Another advantage of going with a fulfillment house is leveraging their expertise and automation of international shipping. To simplify things, many Kickstarter projects limit shipments to the United States or perhaps just the US, Canada, and Europe. As with my wallets, I wanted to open things up to everyone. Amazingly enough, there are almost as many Australian backers as Canadian! But that also means I’ve got to find a way to ship stuff all over the world.
Luckily enough, the fulfillment house was able to advise me on how to make this happen. Different packages need to be prepared and labeled in different ways which honestly wouldn’t have been possible on my own. What we basically do is program their system to handle my packages in certain ways depending on the country and contents, and then their automation software does the rest as they’re weighed and labeled. They then have the ability to pre-sort things according to the destination and bring them straight to the appropriate outgoing distribution hub for the various carriers, which ultimately saves on travel time.
This automation can also help streamline customs clearance by making sure all of the required forms are prepared correctly. This is a bit of a touchy subject, but I’ll go ahead and broach it in the interest of transparency… I often have requests from folks to mark items as gifts so they can avoid customs. I don’t do this both because it’s a bit sketchy and it is risky for both of us. As business, it’s a bit suspicious if I’m sending out hundreds of packages all as gifts. (And no, Kickstarter “rewards” don’t make them gifts either.) But besides that, it’s basically a big red flag for customs and they’re much more likely to seize the item and then you may never get it at all. Same goes for marking something as $2 or just under whatever the threshold is for charging duties.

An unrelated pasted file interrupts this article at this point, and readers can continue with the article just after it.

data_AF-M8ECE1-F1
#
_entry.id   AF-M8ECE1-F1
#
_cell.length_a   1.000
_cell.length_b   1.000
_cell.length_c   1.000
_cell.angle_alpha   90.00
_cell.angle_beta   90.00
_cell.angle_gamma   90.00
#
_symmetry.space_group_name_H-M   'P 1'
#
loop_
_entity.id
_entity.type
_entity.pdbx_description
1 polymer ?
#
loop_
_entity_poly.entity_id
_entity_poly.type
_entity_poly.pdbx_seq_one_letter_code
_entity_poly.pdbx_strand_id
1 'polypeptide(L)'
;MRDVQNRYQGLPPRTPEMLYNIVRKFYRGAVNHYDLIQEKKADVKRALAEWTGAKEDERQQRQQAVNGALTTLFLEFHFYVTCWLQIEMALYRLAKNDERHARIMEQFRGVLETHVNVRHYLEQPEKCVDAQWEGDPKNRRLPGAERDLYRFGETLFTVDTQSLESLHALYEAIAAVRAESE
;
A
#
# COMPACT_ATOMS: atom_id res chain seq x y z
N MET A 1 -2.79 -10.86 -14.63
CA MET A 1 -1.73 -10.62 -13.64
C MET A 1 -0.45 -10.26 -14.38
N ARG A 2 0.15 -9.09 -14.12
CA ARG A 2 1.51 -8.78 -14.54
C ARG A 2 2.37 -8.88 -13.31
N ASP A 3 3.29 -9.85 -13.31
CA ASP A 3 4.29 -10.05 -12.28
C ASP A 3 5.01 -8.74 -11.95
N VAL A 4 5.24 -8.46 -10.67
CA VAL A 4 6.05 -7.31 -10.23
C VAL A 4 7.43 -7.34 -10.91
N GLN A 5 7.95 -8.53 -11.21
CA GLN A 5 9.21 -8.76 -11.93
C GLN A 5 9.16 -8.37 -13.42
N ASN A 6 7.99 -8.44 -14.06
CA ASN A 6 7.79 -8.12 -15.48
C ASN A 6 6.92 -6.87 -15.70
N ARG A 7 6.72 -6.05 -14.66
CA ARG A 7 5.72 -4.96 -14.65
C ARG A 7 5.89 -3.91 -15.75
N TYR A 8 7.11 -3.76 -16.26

That said, I do understand that international folks are paying a premium in exchange rates and that some customs fees can drive the cost of an item up to be completely unreasonable. In certain situations, I’ve heard of customs adding up to be more than the item was worth in the first place! So what I do is somewhat of a middle ground by marking things with a general replacement value. It may even be below the exact replacement value, but something that still sounds reasonable. While recipients may still have to pay something for duties, it’ll be a lot less and in some cases it may be below the threshold to pay anything at all. In addition to that it ensures it gets delivered as efficiently as possible because all the paperwork is there and no red flags are raised.
I talked to the fulfillment house yesterday and here’s the plan: I’m going to ship the first batch of inventory down there on Monday… it should arrive Wednesday and they’ll start to ship stuff out by Friday or Monday. I really tried to squeeze a few days out of the process to try and get some in your hands by Christmas, but this isn’t really something where steps can be skipped or rushed. It’s more the kind of thing where if it gets plugged into the system right, the efficiencies of the automation may just take over and crank these things out faster faster than I'd expect.
It’s a great feeling having the first finished batch in my hands though and I’m looking forward to getting them into yours as quickly as I can!